Ma Ying-jeou blasts speaker of legislature for meddling in court cases
President calls incident 'most shameful day in the development of Taiwan's democracy'
Taiwanese President Ma Ying-jeou yesterday blasted the speaker of the island's legislature for using his influence to meddle in the prosecution of a prominent opposition legislator involved in a breach of trust case.
In what appeared to be the prelude of one of the island's biggest political storms, Ma held a news conference yesterday condemning the speaker Wang Jin-pyng for influence peddling by helping Ker Chien-ming, a legislature caucus whip of the pro-independence Democratic Progressive Party shun an appeal to be filed by a prosecutor over the legal case.
Calling it the "most serious infringement of Taiwan judicial independence" and the "most shameful day in the development of Taiwan's democracy," Ma said the island would "descend into an endless downward spiral" if such an act was not dealt with in the most serious manner.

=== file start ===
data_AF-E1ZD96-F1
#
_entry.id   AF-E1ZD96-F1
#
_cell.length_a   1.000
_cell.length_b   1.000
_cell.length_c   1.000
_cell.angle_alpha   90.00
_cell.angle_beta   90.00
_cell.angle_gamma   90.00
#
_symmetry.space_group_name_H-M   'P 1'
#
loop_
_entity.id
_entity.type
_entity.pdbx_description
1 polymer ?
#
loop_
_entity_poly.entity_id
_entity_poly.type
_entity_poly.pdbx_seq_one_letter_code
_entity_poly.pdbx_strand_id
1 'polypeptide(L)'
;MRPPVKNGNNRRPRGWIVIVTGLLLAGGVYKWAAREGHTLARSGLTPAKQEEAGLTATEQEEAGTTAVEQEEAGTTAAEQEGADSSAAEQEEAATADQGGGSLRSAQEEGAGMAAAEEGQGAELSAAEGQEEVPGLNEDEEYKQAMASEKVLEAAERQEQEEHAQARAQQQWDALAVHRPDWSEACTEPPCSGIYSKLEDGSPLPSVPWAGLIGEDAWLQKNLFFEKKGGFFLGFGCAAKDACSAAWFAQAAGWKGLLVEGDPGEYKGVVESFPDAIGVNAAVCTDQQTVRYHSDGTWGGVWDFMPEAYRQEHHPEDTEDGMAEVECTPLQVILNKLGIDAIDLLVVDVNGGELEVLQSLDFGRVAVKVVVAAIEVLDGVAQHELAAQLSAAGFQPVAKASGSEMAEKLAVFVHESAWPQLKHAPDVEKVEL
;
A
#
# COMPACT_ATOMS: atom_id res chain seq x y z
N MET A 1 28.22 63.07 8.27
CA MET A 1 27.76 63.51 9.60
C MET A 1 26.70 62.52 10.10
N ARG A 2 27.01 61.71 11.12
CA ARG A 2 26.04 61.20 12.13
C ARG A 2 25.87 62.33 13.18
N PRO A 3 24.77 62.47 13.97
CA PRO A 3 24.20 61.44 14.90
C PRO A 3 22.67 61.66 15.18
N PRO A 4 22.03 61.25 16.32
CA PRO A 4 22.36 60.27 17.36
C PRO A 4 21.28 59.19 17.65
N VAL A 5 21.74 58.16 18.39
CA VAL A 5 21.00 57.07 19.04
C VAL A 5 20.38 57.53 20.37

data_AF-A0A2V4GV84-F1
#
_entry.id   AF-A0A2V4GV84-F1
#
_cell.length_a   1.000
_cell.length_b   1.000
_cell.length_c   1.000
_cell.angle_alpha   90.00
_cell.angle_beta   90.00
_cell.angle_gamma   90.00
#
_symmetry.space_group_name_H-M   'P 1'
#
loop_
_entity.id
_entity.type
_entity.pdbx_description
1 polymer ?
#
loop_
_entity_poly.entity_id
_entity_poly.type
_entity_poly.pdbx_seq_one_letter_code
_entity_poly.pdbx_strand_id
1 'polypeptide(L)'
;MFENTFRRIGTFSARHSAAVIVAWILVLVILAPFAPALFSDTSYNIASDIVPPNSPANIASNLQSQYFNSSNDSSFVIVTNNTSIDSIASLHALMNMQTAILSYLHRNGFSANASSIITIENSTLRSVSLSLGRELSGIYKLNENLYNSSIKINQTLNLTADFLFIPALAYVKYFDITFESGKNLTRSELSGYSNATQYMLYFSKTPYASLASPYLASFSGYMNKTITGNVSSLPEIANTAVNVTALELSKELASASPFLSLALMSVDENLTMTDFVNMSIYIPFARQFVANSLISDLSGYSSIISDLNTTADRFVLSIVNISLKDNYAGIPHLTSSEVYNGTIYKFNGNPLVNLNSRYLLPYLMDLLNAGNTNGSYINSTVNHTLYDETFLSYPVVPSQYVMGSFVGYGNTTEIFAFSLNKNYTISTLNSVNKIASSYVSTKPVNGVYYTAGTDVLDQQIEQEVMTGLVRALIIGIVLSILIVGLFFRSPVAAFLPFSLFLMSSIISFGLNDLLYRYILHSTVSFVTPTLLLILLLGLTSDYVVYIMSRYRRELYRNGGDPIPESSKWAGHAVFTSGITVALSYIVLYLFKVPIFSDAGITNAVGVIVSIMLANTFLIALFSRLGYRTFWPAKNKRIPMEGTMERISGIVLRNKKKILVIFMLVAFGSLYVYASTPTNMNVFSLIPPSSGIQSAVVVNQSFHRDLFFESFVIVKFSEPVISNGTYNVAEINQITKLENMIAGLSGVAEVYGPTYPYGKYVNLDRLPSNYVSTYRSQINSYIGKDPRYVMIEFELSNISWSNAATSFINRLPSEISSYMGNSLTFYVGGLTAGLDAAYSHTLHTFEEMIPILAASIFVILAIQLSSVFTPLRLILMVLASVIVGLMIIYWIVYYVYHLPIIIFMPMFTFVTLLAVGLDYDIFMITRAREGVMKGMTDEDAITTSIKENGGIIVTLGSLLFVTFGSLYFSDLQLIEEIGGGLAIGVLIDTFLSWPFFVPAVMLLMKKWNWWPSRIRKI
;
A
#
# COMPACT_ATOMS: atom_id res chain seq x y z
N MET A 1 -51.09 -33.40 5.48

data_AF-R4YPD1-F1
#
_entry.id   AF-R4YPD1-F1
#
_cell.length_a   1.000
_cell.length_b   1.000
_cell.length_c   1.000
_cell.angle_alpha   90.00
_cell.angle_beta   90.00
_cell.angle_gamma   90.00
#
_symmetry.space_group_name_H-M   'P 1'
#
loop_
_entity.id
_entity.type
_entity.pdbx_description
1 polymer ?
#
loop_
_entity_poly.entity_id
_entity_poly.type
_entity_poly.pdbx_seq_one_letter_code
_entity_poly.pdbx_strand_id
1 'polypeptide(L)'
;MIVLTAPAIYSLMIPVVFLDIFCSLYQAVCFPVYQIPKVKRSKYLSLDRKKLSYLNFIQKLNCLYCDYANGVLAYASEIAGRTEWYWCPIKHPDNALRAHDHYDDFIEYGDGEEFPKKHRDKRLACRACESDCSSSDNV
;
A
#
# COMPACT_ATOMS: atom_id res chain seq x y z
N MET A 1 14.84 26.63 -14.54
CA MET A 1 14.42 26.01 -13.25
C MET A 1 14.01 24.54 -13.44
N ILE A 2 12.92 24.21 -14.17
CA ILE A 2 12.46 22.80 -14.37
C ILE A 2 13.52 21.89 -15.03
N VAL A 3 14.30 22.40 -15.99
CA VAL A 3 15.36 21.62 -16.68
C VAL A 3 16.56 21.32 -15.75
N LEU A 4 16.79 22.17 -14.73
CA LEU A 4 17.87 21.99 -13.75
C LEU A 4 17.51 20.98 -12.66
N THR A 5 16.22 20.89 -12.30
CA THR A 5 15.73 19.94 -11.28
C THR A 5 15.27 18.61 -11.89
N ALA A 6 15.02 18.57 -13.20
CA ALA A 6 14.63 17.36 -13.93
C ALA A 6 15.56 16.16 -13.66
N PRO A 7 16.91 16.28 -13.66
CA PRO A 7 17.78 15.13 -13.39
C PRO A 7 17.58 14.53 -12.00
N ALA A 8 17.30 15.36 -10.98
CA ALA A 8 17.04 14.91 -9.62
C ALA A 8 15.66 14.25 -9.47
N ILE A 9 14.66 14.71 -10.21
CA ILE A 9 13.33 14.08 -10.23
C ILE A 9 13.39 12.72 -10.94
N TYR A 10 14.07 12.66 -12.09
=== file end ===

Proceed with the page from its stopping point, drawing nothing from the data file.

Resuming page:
He said Wang telephoned him from abroad, saying he had never tried to meddle in the incident and what he did was only to soothe Ker who had complained to him that there was growing cases of prosecutors abusing power by making unnecessary appeals to cases already found not guilty.
Ker was first found guilty by the district court in the breach of trust case, but in June the high court found him not guilty. A prosecutor charged with handling the case later did not pursue further proceeding by filing an appeal against the high court's verdict in what special investigators alleged was the result of lobbying by Ker.
According to the investigators, Ker first sought help from Chen Shou-huang, head of the High Prosecutors Office, and then Wang, so that no more appeals would be filed.
Wang then asked Justice Minister Tseng Yung-fu for help and subsequently no more appeals were filed, the investigators said on Friday. Tseng later resigned after allegations that he was involved in the case.
"We all must ask ourselves whether we can allow political interference in judicial cases to become an everyday practice," Ma said in the brief news conference also attended by Vice President Wu Den-yih and Premier Jiang Yi-huah. Wang, who was at his daughter's wedding in Malaysia, was not in Taiwan.
Ma said the alleged influence peddling would have a "far-reaching effect" on Taiwan's democracy.